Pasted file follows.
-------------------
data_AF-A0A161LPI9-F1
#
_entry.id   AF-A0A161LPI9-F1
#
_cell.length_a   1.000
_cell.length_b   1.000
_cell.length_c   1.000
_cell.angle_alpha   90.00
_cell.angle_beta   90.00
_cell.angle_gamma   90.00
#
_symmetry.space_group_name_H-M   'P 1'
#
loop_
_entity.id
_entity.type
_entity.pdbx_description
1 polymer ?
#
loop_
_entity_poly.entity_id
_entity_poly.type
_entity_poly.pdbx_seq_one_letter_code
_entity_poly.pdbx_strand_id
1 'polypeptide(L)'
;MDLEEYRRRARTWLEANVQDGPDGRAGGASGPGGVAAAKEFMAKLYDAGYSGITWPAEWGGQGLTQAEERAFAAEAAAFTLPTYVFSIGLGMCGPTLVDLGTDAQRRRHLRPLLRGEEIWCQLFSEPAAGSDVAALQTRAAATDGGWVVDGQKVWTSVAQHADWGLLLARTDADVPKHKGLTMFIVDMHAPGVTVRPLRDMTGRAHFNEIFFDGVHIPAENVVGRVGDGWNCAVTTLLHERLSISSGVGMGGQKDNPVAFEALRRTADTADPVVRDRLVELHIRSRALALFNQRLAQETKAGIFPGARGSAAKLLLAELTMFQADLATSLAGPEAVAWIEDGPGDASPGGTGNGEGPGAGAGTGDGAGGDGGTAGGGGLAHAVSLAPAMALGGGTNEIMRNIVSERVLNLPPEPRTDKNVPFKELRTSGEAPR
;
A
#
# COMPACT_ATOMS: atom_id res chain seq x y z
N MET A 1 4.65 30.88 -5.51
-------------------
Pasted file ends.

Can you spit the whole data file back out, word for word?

data_AF-A0A161LPI9-F1
#
_entry.id   AF-A0A161LPI9-F1
#
_cell.length_a   1.000
_cell.length_b   1.000
_cell.length_c   1.000
_cell.angle_alpha   90.00
_cell.angle_beta   90.00
_cell.angle_gamma   90.00
#
_symmetry.space_group_name_H-M   'P 1'
#
loop_
_entity.id
_entity.type
_entity.pdbx_description
1 polymer ?
#
loop_
_entity_poly.entity_id
_entity_poly.type
_entity_poly.pdbx_seq_one_letter_code
_entity_poly.pdbx_strand_id
1 'polypeptide(L)'
;MDLEEYRRRARTWLEANVQDGPDGRAGGASGPGGVAAAKEFMAKLYDAGYSGITWPAEWGGQGLTQAEERAFAAEAAAFTLPTYVFSIGLGMCGPTLVDLGTDAQRRRHLRPLLRGEEIWCQLFSEPAAGSDVAALQTRAAATDGGWVVDGQKVWTSVAQHADWGLLLARTDADVPKHKGLTMFIVDMHAPGVTVRPLRDMTGRAHFNEIFFDGVHIPAENVVGRVGDGWNCAVTTLLHERLSISSGVGMGGQKDNPVAFEALRRTADTADPVVRDRLVELHIRSRALALFNQRLAQETKAGIFPGARGSAAKLLLAELTMFQADLATSLAGPEAVAWIEDGPGDASPGGTGNGEGPGAGAGTGDGAGGDGGTAGGGGLAHAVSLAPAMALGGGTNEIMRNIVSERVLNLPPEPRTDKNVPFKELRTSGEAPR
;
A
#
# COMPACT_ATOMS: atom_id res chain seq x y z
N MET A 1 4.65 30.88 -5.51